McAlpine believes there has been “policy capture” by equality organisations – which receive hundreds of thousands in funding from the Scottish Government. “The NRS hardly looked at sex as a protected characteristic – it shows there’s an element of policy capture, there’s a belief that these questions only affect a small number of transgender campaigners when in fact they affect everyone. You’ve got to remember that the groups advising for this change get significant amounts of government funding. You can see the circularity.
“What’s interesting is that those who didn’t agree with our conclusions, the groups who have the money and who were initially the only ones consulted, were extremely angry that their privileged position was challenged. They have come back and said we should not have taken evidence from some of the women’s groups and gender critical feminists who we did take evidence from. That strikes me as extraordinarily undemocratic.”
McAlpine admits that she has also become concerned about the idea of self-ID being enough for a person to change their sex and affecting statistics. “You need to have accurate data to protect women – that’s where my interest is focused. Extremely concerning is Humza [Yousaf, the Justice Secretary] telling us that it’s happening in the recording of crime. That people can self declare their sex if they’re charged with a crime and there are no checks, no proof is required and no-one needs to provide a gender certificate.”
Mostly though, she says, she’s concerned about vulnerable, disabled and elderly women. “We know there will be Muslim women, for example, who may stop using certain services if they think there’s going to be male-bodied people there. Or a woman with a disability who requires intimate personal care – the law protects your right to privacy and dignity, you’ve a right as a woman to say ‘I don’t want a man, a male-bodied person, doing that intimate care’.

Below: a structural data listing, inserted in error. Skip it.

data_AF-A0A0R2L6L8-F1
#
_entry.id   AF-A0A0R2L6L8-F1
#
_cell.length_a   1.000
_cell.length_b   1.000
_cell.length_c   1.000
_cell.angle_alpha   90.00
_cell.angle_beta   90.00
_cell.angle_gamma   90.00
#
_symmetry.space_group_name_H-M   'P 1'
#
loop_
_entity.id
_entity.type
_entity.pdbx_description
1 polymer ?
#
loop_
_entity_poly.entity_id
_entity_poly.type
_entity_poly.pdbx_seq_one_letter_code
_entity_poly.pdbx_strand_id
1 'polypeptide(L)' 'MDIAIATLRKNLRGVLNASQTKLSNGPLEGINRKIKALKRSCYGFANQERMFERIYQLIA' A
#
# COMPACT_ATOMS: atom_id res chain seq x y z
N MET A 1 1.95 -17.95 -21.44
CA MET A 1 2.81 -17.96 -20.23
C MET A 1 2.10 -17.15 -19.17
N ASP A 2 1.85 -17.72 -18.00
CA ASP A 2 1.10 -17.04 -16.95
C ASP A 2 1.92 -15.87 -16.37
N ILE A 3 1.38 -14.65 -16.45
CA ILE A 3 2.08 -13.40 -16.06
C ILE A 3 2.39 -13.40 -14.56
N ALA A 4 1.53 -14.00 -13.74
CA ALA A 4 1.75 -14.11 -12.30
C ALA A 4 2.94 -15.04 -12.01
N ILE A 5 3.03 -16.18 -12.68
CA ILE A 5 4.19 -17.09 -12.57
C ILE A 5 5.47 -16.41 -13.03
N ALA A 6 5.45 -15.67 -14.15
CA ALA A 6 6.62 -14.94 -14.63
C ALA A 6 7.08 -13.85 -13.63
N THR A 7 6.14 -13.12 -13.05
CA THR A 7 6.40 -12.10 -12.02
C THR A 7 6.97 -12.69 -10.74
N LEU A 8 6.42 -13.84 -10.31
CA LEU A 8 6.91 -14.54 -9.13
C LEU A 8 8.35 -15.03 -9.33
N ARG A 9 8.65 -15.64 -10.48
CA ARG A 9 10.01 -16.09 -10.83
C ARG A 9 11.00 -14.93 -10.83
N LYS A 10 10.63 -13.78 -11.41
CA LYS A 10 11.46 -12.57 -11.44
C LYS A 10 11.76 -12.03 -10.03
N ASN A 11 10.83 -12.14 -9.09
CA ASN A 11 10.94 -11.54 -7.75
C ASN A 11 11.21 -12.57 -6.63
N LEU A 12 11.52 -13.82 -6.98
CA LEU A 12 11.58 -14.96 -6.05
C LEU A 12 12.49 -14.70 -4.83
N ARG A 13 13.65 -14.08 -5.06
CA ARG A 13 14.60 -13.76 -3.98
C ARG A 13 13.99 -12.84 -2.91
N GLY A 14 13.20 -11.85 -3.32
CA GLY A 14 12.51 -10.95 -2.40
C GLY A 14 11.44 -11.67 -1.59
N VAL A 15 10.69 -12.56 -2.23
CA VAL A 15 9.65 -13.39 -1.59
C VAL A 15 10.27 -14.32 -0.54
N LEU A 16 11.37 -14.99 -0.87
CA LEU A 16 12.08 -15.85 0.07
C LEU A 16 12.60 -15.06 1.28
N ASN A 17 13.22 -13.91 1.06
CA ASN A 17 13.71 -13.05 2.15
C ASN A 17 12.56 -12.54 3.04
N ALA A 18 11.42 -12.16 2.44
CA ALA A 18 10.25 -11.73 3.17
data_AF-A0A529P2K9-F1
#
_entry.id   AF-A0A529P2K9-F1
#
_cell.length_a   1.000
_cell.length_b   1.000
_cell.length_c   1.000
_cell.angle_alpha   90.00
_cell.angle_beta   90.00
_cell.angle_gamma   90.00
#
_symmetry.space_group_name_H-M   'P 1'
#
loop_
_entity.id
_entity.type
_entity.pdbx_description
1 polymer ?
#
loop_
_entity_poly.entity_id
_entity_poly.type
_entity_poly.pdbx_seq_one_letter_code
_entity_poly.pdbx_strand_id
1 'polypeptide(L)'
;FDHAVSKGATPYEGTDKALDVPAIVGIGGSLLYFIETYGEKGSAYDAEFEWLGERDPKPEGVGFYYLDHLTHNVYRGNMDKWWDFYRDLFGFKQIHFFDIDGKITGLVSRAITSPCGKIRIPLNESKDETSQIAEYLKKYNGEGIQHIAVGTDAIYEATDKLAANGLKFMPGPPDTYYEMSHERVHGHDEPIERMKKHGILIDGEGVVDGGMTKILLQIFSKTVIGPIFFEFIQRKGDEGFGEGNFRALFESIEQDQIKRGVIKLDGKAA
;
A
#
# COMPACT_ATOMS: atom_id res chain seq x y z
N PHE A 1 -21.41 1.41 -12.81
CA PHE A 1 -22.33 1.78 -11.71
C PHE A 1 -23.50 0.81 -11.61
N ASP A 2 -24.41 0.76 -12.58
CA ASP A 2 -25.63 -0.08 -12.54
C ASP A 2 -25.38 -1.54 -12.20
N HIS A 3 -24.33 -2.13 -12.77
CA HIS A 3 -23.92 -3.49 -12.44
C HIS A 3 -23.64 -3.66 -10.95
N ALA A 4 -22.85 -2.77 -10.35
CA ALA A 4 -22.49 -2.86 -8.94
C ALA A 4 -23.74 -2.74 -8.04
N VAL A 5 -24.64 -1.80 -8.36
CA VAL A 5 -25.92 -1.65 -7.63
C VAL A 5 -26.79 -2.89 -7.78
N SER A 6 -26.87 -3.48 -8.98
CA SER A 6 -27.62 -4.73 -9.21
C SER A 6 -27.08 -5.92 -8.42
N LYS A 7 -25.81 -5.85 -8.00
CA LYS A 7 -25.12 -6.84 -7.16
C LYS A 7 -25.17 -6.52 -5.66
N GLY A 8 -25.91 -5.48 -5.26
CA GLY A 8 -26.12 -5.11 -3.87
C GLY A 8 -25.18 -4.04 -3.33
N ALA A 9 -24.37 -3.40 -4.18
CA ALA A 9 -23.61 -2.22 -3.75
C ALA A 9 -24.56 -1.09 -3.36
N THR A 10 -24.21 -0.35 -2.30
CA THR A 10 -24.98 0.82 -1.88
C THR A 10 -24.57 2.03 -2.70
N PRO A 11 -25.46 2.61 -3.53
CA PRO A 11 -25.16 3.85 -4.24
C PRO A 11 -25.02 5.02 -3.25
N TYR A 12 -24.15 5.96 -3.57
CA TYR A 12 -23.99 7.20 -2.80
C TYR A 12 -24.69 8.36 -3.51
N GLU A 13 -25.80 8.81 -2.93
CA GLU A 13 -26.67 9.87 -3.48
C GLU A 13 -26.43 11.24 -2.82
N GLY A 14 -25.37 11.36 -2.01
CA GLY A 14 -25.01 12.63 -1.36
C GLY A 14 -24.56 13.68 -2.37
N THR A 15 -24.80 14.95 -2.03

“I’ve been called a transphobe just because I’ve raised reasonable issues, of asking is it right that someone who in every respect is male be treated as female in every respect no matter how they’ve behaved? Most reasonable people will say that’s not acceptable and that’s why I’m happy to speak out.
“The support I have received vastly outweighs any attacks on me. I’ve received fantastic cards and emails from women all over the UK.”
“It’s outrageous to undermine what we’re saying in this way.”
Both the Equality Network and one of its umbrella groups, the Scottish Trans Alliance, gave evidence to the committee looking at the census. They too are concerned at the heated debate which rages on Twitter in particular – and have publicly stated that Scottish political debate can and should be conducted without personal abuse, harassment, intimidation, or threats of violence.
They also say that the main aim in asking for the sex question to include a non-binary option is to improve the data that is collected.
James Morton of the STA says: “The sex question has been answered by trans people as their lived sex for at least the last two censuses. To change it now to make it solely about biological sex would be rolling that back. We want a non-binary option to be added because not everyone identifies as male or female, and in the past, they have either ticked both boxes or none. Having a separate question would improve the data. As will the voluntary question on trans status, which would allow statisticians to know how many people consider themselves to be trans.
“We have to trust the civil servants and statisticians and give them credit they will look at all of this in detail and come up with solutions that uphold human rights and dignity and have no unintended consequences.”
Tim Hopkins of the Equality Network takes issue with the idea that equality groups have too much influence with government. “We take our views from the LGBTi community across Scotland, whom we represent, and if that means disagreeing with government then that’s what we will do. And if the government attached any strings to its funding then we would
“I think it’s outrageous that Joan McAlpine is trying to undermine the validity of what we’re saying in this way.
“Everyone has a right to be heard, I’d suggest that we’re not hearing enough from trans people, who make up just 0.6 per cent of the population.”